This is the first part of my series on climate science. This post is about the term climate, how it is different to ‘weather’ and how it works. I hope this series will help you understand the complexities of climate change and why it is so important that we all start changing our lives bit by bit.
Alright, let’s dive right into it, we have a lot to discuss…
1. How is ‘climate’ different from ‘weather’?
Quite often we hear people saying something like ‘where is your warming now he?’ when it is colder than usual for a day. Or we hear people be like ‘I don’t mind when it’s getting warmer here, then we could grow wine even in the UK haha’.
So, what’s the difference here?
…is the short-term condition of the atmosphere above a certain point on Earth, like the city you live in for example. In that sense, weather is a rather small scale phenomenon that may span over a region but rarely over a whole continent or multiple countries at the same time. We can see and feel weather by looking out of the window or when we step outside. It is what we recognize as sunshine, clouds, rain, snow, hail, wind, heat or cold. The weather can change rather quickly, it can be rainy in the morning, sunny in the afternoon and hailing in the evening, as we experience sometimes.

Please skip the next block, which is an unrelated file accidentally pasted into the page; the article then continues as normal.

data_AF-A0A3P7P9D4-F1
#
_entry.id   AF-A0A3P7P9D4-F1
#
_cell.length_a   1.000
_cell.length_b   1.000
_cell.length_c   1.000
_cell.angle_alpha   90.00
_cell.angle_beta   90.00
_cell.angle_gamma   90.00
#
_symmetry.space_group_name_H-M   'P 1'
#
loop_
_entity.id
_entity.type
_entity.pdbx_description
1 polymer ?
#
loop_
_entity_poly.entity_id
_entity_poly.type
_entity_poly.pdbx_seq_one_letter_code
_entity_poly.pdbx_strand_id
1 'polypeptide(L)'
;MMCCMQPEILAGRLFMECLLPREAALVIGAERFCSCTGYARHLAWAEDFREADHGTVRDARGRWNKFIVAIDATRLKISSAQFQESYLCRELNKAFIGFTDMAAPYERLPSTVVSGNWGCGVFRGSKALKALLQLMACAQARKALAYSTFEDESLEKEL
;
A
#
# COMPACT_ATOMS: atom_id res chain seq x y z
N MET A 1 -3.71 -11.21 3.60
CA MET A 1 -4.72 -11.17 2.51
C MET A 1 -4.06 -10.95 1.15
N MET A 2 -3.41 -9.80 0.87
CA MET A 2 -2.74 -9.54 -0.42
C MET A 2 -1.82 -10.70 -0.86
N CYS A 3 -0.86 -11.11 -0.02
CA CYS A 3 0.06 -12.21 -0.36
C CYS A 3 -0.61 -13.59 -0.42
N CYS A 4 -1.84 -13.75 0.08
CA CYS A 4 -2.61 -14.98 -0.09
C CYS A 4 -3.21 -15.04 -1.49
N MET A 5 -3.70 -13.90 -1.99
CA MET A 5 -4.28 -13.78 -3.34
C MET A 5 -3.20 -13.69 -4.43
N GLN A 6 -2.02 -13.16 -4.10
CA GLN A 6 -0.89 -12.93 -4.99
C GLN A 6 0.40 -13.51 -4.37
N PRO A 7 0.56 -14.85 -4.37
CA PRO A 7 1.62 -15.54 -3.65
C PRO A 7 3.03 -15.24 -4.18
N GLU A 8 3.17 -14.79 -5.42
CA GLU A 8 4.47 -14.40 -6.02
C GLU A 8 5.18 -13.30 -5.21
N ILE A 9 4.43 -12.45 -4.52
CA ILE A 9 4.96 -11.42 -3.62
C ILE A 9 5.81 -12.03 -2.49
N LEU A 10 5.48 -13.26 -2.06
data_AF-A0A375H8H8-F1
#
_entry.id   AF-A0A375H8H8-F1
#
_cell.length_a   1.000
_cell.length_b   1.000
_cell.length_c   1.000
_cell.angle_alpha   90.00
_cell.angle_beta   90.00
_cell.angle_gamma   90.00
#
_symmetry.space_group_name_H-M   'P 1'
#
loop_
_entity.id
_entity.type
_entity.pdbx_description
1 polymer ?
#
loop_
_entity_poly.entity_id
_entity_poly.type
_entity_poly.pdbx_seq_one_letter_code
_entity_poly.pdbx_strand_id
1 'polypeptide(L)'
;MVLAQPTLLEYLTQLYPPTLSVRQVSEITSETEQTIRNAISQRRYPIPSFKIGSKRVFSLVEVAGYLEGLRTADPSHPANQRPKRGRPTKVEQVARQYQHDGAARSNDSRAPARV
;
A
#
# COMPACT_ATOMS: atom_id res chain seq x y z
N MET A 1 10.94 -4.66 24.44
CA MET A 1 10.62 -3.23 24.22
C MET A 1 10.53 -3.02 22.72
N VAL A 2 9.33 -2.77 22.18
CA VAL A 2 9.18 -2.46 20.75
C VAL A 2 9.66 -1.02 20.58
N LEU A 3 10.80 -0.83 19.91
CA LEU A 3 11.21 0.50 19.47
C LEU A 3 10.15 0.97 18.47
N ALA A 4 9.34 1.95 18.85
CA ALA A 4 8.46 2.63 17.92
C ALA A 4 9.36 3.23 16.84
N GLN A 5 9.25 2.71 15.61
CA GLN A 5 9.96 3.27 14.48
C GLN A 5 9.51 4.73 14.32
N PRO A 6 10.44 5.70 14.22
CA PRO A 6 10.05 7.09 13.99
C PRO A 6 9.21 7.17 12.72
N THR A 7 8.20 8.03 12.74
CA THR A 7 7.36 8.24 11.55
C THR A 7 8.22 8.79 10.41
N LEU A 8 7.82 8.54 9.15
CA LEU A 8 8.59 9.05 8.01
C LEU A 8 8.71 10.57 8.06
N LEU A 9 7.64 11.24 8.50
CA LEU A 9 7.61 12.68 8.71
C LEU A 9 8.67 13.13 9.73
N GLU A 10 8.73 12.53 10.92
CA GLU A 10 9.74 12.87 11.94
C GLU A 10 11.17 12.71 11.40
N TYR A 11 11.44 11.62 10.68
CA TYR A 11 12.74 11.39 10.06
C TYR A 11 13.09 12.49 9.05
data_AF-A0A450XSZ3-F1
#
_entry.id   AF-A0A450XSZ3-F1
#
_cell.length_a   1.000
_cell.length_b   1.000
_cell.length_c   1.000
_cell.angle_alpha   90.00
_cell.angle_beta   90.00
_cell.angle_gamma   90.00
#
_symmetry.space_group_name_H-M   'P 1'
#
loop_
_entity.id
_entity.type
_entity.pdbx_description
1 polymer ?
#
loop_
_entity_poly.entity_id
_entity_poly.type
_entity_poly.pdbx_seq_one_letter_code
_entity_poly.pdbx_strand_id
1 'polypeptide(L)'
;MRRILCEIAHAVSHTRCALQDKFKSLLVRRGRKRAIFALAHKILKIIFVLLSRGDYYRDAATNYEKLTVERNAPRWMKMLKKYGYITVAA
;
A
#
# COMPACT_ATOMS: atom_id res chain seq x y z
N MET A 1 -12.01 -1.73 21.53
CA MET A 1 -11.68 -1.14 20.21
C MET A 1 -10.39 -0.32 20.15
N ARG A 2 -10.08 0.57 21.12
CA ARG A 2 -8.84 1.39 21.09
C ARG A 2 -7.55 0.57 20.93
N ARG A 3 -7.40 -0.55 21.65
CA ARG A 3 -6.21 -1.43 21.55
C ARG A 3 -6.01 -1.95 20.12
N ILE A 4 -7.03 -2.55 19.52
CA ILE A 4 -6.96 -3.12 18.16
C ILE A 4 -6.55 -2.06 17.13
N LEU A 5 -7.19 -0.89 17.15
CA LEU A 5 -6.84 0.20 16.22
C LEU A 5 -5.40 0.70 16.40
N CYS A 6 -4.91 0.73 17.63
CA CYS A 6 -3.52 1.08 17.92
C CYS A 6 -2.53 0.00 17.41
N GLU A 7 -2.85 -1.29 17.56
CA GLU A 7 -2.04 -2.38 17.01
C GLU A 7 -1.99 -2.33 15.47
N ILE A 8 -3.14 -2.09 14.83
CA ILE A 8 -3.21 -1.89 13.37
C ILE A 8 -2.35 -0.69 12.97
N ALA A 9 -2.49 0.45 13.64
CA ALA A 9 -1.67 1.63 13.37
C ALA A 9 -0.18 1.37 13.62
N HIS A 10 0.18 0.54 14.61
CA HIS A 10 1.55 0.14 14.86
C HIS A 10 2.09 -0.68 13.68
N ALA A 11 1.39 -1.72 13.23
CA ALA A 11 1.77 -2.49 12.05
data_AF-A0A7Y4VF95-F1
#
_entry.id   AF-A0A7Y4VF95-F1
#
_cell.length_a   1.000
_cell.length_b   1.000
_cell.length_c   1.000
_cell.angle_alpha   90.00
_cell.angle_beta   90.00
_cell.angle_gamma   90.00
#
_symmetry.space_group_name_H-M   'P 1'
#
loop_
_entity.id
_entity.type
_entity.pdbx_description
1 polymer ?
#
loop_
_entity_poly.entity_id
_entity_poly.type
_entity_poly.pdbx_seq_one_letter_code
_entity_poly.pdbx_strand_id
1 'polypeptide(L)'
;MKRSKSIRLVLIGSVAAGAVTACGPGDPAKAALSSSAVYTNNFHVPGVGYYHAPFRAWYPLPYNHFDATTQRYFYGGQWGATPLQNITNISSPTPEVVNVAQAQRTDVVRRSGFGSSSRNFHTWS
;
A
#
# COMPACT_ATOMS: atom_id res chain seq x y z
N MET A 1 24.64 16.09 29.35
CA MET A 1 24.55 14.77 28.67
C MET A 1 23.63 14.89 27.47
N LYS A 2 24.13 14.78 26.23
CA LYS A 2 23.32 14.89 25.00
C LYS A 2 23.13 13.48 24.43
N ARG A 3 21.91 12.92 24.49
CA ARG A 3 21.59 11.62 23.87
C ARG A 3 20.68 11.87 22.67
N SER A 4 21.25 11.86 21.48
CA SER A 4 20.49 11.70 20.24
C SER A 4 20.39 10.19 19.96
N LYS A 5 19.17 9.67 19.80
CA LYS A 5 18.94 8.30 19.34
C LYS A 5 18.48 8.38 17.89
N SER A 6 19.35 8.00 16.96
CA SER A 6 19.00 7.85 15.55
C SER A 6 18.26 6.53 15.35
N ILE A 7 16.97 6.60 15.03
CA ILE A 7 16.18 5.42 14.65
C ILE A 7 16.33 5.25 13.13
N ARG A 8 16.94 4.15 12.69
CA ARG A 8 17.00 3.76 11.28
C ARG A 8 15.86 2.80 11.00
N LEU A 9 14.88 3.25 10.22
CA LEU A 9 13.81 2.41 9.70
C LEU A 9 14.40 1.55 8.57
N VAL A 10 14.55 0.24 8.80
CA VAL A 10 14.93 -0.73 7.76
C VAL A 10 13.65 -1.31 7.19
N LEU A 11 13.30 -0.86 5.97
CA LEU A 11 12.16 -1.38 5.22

Weather is driven by pressure differences in the atmosphere. High pressure is generally associated with nice, dry weather while low pressure is correlated with cold, moist weather. Also, the warm, high pressure air sinks down to the Earth’s surface and flows towards low pressure areas where the air rises again and forms rain and clouds. Especially in places close to the sea, high and low pressure can appear and change rather quickly and so does the weather.
is a statistical measure of a longer time period than just days or months. The climate is for example the average temperature over the last 30 years above a certain point on Earth. This means we take for example July 11 and look at how the Temperature was the last 30 years. Then we take the average of all those temperatures to see all possible weather situations for one place on that particular day. Climate is always a period of 30 years or longer. In contrast to the weather, the climate is not so much influenced by small-scale, temporary high and low pressure areas.
2. How does ‘climate’ form?
Climate is rather influenced by the interaction of the Earth’s spheres, meaning the oceans, continents and the atmosphere. Also, climate is influenced by the activity of the sun and changes in the rotation and axis of the Earth. Yes, we don’t notice it but our planet is not always wobbling around the sun on the very same path. There are slight differences in the orbit and the tilt of the axis over time which also have an influence on the temperature.